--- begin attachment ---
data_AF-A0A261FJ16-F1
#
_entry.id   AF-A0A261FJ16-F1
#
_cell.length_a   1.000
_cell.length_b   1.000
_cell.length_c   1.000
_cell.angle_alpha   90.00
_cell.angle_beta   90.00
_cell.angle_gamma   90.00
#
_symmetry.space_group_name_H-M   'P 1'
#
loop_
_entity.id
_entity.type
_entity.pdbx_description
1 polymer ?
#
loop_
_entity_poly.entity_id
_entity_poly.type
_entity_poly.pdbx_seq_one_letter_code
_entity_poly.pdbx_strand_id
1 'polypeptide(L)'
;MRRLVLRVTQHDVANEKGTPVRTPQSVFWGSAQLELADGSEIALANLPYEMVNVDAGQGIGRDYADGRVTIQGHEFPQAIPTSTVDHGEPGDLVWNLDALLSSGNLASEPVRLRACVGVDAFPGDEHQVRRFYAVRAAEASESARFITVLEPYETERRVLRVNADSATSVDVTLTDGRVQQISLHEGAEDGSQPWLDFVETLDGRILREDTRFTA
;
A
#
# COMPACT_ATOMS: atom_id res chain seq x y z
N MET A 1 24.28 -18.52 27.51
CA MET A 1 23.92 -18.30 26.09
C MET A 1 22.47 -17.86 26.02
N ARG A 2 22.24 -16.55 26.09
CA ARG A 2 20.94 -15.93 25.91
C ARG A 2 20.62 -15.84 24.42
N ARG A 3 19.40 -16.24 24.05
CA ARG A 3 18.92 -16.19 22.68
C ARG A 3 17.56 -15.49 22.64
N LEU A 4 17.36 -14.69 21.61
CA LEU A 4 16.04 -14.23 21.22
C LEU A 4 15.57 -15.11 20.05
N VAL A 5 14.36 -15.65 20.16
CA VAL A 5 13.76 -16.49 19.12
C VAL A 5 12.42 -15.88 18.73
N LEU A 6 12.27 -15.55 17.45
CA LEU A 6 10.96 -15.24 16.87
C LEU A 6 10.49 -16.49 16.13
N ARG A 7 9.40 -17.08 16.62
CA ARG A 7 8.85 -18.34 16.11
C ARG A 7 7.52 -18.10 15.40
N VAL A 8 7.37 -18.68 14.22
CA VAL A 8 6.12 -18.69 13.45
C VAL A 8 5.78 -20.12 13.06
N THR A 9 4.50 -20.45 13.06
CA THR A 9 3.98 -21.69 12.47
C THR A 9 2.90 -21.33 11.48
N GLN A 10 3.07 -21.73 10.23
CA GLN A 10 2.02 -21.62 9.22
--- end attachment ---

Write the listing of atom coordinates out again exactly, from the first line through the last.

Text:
data_AF-A0A261FJ16-F1
#
_entry.id   AF-A0A261FJ16-F1
#
_cell.length_a   1.000
_cell.length_b   1.000
_cell.length_c   1.000
_cell.angle_alpha   90.00
_cell.angle_beta   90.00
_cell.angle_gamma   90.00
#
_symmetry.space_group_name_H-M   'P 1'
#
loop_
_entity.id
_entity.type
_entity.pdbx_description
1 polymer ?
#
loop_
_entity_poly.entity_id
_entity_poly.type
_entity_poly.pdbx_seq_one_letter_code
_entity_poly.pdbx_strand_id
1 'polypeptide(L)'
;MRRLVLRVTQHDVANEKGTPVRTPQSVFWGSAQLELADGSEIALANLPYEMVNVDAGQGIGRDYADGRVTIQGHEFPQAIPTSTVDHGEPGDLVWNLDALLSSGNLASEPVRLRACVGVDAFPGDEHQVRRFYAVRAAEASESARFITVLEPYETERRVLRVNADSATSVDVTLTDGRVQQISLHEGAEDGSQPWLDFVETLDGRILREDTRFTA
;
A
#
# COMPACT_ATOMS: atom_id res chain seq x y z
N MET A 1 24.28 -18.52 27.51
CA MET A 1 23.92 -18.30 26.09
C MET A 1 22.47 -17.86 26.02
N ARG A 2 22.24 -16.55 26.09
CA ARG A 2 20.94 -15.93 25.91
C ARG A 2 20.62 -15.84 24.42
N ARG A 3 19.40 -16.24 24.05
CA ARG A 3 18.92 -16.19 22.68
C ARG A 3 17.56 -15.49 22.64
N LEU A 4 17.36 -14.69 21.61
CA LEU A 4 16.04 -14.23 21.22
C LEU A 4 15.57 -15.11 20.05
N VAL A 5 14.36 -15.65 20.16
CA VAL A 5 13.76 -16.49 19.12
C VAL A 5 12.42 -15.88 18.73
N LEU A 6 12.27 -15.55 17.45
CA LEU A 6 10.96 -15.24 16.87
C LEU A 6 10.49 -16.49 16.13
N ARG A 7 9.40 -17.08 16.62
CA ARG A 7 8.85 -18.34 16.11
C ARG A 7 7.52 -18.10 15.40
N VAL A 8 7.37 -18.68 14.22
CA VAL A 8 6.12 -18.69 13.45
C VAL A 8 5.78 -20.12 13.06
N THR A 9 4.50 -20.45 13.06
CA THR A 9 3.98 -21.69 12.47
C THR A 9 2.90 -21.33 11.48
N GLN A 10 3.07 -21.73 10.23
CA GLN A 10 2.02 -21.62 9.22